From Scientific American
"We ... find ourselves in the midst of a historic battle over two very different visions of the future of food in the 21st century. A grassroots public movement for organic, ecological, and humane food is now challenging the decades-long hegemony of the corporate, industrial model." With 58 essays and more than 250 photographs, Kimbrell, director of the Center for Food Safety, aims to provide "a timely treasure trove of ammunition" for that movement. The ammunition includes a litany of environmental harms caused by industrial agriculture and a strategy for bringing about "the end of agribusiness."
Editors of Scientific American
How and why has agriculture, an endeavor that for millennia involved intimate knowledge of and profound respect for nature and place, become so industrialized that it's wreaking havoc all around the world? And what can people do about it? Editor Kimbrell, author of The Human Body Shop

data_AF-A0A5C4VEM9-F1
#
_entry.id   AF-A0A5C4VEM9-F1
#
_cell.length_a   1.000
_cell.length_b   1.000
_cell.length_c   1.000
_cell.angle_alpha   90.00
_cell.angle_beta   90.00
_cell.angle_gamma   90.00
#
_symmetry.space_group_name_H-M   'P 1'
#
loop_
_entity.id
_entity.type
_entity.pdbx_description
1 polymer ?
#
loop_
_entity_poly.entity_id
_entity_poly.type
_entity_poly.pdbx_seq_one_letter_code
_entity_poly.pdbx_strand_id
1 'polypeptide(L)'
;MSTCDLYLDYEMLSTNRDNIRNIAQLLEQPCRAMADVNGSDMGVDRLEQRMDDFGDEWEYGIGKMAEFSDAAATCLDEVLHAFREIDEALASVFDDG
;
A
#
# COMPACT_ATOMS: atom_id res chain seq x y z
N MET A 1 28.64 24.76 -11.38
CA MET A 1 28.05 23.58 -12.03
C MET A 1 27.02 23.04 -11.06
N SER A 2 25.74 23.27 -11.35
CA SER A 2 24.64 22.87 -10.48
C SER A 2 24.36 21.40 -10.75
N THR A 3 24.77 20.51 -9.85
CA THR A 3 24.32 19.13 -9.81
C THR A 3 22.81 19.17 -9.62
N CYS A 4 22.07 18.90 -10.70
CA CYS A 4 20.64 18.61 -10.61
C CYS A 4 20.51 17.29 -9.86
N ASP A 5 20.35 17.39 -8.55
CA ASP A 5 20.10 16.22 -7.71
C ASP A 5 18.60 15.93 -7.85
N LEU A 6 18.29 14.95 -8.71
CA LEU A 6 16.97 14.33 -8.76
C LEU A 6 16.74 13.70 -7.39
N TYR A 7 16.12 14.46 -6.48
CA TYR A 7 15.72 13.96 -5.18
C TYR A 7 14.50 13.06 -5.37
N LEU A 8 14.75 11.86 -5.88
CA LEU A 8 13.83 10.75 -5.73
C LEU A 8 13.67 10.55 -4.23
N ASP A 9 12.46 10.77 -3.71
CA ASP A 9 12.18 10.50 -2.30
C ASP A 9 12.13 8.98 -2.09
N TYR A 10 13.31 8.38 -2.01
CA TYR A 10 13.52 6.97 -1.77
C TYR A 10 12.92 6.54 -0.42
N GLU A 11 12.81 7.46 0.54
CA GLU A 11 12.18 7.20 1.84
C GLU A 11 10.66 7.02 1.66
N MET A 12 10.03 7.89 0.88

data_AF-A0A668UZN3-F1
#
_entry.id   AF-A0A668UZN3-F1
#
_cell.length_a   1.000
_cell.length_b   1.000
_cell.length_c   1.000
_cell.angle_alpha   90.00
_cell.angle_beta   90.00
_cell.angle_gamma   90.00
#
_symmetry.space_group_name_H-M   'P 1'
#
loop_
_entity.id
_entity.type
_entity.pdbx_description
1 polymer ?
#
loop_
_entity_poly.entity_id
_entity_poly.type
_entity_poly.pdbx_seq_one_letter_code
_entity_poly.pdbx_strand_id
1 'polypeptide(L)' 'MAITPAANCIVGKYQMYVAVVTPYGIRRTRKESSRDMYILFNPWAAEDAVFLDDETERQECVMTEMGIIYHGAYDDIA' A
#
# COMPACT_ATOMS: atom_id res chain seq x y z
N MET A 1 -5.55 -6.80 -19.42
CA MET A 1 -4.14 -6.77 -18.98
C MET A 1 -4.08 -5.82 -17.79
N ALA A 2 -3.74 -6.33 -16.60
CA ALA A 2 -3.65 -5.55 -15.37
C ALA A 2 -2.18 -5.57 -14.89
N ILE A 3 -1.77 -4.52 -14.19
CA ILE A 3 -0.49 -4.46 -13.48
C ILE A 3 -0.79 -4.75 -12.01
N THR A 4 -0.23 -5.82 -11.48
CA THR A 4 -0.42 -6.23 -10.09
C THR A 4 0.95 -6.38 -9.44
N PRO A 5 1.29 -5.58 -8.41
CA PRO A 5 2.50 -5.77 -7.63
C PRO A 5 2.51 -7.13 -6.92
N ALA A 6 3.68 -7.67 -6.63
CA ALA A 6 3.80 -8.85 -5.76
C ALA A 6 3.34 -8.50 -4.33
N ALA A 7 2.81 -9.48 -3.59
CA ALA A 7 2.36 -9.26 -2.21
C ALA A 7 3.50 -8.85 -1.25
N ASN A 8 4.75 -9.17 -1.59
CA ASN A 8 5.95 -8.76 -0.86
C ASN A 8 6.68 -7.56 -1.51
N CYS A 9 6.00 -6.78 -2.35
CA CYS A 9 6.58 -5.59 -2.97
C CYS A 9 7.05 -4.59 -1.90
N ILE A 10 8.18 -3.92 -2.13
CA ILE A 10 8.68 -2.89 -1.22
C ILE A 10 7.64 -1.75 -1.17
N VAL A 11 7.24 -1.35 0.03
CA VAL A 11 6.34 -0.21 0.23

(1993), has assembled an eloquent group of contributors to answer these urgent questions in a book distinctive for its wealth of clarifying information and illuminating interpretations as well as for its generous design and striking use of photographs. Seminal thinkers such as Wendell Berry, Wes Jackson, and Ron Kroese make the distinction between agrarian and industrial agriculture, assess the treacherous divide between them, and chronicle the catastrophic unintended consequences of monoculture farming, genetically engineered seeds, and the massive use of toxic pesticides and fertilizers. Kimbrell and company not only testify to the myriad ill effects of agriculture based solely on profit rather than the well-being of people and the planet, they also discuss alternative farming practices and the prospect for a new agrarianism and a brighter future. Donna SeamanCopyright © American Library Association. All rights reserved
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